I felt elated – and the curtain drew back on the stigma

by Erica

November 21, 2022

I got pregnant in 2003 after breakup sex with my ex-boyfriend.  A couple weeks afterwards, in addition to missing my typically regular period, my breasts felt sore. I had used some old but not expired birth control pills as Plan B the day after we’d had sex (after researching dosage online), but I must not have done it correctly. I took a pregnancy test at home, saw the positive result, and was on the phone with the Boston Planned Parenthood immediately. There was no question for me that I would not have a baby. It was only as I hung up the phone after confirming the appointment that I realized I needed to call my ex! His reaction was as I’d guessed; he immediately agreed that abortion was the best and only path for us.

My ex-boyfriend slept over on my couch to ensure we could make the 8 am appointment on time. I can’t recall which of us drove, but I’ll never forget the odd feeling of entering a garage with a roll down door that remains otherwise closed – operated by security staff who confirmed who you were in order to allow you to park.

At that point I was 3 weeks and 5 days pregnant (if memory serves). After viewing my ultrasound, the nurse told me that I could not have an abortion that day because the clump of cells was too small. Their doctor would not do an abortion on a clump that small for fear of not being able to see and remove all of the cells.

My new appointment was for exactly one week later. I felt burdened by a heavy cloud that whole week. I wore loose tops to work to hide my growing breasts.  I was distracted and worried, wishing for time to pass. The only silver lining was going out dancing for a friend’s birthday the day after my original Friday appointment; when I got the first appointment I wasn’t sure if pain would prevent me from dancing one day later.

Finally, the next Friday arrived. My ex slept on the couch again and we drove to Planned Parenthood. He brought a book to pass the time. He told me that during his cigarette break, he was grateful for the security guard stationed in front of the clinic, who intervened when protesters started harassing him and his blood started to boil.

The abortion occurred in a small room with the doctor and another woman who I think was a nurse. There were 2 rounds of treatment, each lasting about 10 seconds, and it was the most intense pain I’d ever felt. The nurse invited me to squeeze her hand if I needed to, which I did. The second time was easier than the first, perhaps because I knew what to expect.  Afterwards I was taken to a larger room to sit in one of many heated, slightly reclined chairs, and given a pain pill before being given a very thick maxi pad, and invited to get dressed and go home.

The immense 20 seconds of physical pain during the procedure was nothing compared to the elation and relief I felt when the abortion was done.

My ex and I drove to a shopping center near my apartment to pick up more maxi pads and rent a movie for the afternoon. I was positively giddy. I called my best friend to let her know it was done and I was fine. She seemed surprised by how happy I was. But the cloud was gone. My terrible mistake was corrected. I had control over my life again. I had known now for a few years that I did not want to be a parent. My nervous system and mental health could not manage the many layered demands of motherhood. I also felt that my best contributions to the world would be through my social justice career, not through raising another human. And I felt that there were already so many babies out there who needed homes. I didn’t need to make another one.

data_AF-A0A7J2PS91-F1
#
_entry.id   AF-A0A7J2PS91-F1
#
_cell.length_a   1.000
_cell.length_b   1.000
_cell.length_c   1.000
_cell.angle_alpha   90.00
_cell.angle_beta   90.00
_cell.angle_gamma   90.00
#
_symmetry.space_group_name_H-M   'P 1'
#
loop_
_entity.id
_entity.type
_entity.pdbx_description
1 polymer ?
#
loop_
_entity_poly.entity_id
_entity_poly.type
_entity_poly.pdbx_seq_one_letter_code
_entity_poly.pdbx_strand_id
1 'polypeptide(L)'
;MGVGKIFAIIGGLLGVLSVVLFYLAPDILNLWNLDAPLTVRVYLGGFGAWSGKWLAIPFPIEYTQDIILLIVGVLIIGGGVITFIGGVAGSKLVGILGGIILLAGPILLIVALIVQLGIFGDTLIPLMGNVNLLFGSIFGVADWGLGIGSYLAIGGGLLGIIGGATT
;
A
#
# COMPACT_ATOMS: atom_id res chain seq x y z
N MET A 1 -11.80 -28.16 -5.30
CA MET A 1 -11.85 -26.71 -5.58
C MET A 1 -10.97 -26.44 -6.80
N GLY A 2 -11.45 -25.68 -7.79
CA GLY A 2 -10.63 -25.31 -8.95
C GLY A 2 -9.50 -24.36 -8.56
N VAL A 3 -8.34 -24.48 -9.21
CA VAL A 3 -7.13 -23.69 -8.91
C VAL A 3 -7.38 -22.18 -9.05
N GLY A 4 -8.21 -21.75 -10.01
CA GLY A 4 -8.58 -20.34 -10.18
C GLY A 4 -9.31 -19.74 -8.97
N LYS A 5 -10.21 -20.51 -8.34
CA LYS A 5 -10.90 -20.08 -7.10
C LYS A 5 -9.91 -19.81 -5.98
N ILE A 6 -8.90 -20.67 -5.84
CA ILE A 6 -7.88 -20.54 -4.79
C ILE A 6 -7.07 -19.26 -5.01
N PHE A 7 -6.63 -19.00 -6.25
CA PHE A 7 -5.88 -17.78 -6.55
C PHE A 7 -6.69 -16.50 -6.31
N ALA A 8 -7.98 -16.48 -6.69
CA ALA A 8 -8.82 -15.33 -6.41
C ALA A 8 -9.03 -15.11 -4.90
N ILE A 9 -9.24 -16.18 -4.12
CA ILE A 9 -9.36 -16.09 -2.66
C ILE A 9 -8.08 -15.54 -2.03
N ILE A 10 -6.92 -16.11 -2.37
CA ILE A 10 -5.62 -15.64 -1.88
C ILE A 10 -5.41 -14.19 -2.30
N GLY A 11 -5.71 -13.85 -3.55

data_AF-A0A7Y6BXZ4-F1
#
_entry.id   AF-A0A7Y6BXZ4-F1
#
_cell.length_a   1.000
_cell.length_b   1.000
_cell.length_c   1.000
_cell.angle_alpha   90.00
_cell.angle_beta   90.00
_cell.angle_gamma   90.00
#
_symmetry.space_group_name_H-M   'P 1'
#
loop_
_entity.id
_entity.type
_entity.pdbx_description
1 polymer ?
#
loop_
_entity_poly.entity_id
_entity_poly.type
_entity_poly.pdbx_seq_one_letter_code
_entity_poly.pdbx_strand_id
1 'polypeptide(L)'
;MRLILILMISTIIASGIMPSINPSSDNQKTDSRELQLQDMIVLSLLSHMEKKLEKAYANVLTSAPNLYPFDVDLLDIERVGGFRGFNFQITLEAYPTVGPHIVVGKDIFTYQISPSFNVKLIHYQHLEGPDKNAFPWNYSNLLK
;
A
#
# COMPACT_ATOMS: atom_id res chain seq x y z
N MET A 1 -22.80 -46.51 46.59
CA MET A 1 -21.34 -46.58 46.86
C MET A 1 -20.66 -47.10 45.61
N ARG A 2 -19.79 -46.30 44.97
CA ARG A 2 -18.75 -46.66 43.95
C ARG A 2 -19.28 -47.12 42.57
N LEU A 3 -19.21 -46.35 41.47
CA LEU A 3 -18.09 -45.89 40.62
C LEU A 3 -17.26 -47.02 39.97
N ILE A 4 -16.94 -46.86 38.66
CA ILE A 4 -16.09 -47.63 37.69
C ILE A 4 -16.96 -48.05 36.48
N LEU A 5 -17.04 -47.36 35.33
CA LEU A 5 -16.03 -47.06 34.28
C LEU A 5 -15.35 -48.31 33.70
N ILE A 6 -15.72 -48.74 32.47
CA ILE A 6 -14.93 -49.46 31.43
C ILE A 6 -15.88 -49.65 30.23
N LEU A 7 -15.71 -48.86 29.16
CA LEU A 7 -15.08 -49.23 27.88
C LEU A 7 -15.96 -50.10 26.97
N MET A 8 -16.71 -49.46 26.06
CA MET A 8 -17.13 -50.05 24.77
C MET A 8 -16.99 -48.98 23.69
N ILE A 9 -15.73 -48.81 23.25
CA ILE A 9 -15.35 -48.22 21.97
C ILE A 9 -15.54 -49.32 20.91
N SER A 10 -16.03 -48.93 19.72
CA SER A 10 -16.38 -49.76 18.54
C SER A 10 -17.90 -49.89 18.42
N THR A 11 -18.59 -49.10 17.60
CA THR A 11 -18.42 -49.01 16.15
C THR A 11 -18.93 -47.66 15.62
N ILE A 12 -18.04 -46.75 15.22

One thing that stood out to me most right after having the abortion was how simple it was. Both the actual procedure and the facts of the matter for me. There was a clump of unwanted cells growing in my body, that if allowed to continue, would cause great harm.  For me, having an abortion felt little different than if I’d needed to remove a growing clump of cancer cells, except for the security guards and politics. I felt remorse that stigma had kept me from telling my other close friends before having it done. Now that I had gone through it, I could see through the curtain of mystery and shame that had previously surrounded it.

My ex and I giggled a bit as we considered the maxi pad choices – I had not purchased any since my early teens. I was pleased to discover the modern choices were much slimmer than those from the late 80’s.  We choose an option with wings.

I don’t remember which movie we watched. I don’t recall much of anything after that, because my deepest emotions occurred when I was worried about the abortion being delayed and when I was elated that it had happened. I have never had one moment of regret, even slight. Sometimes I’ve had moments of curiosity…’wow, that child would be 8 or 12 or 19 now…’ and I marvel at the parallel universe that I’m so grateful I did not have to live in.

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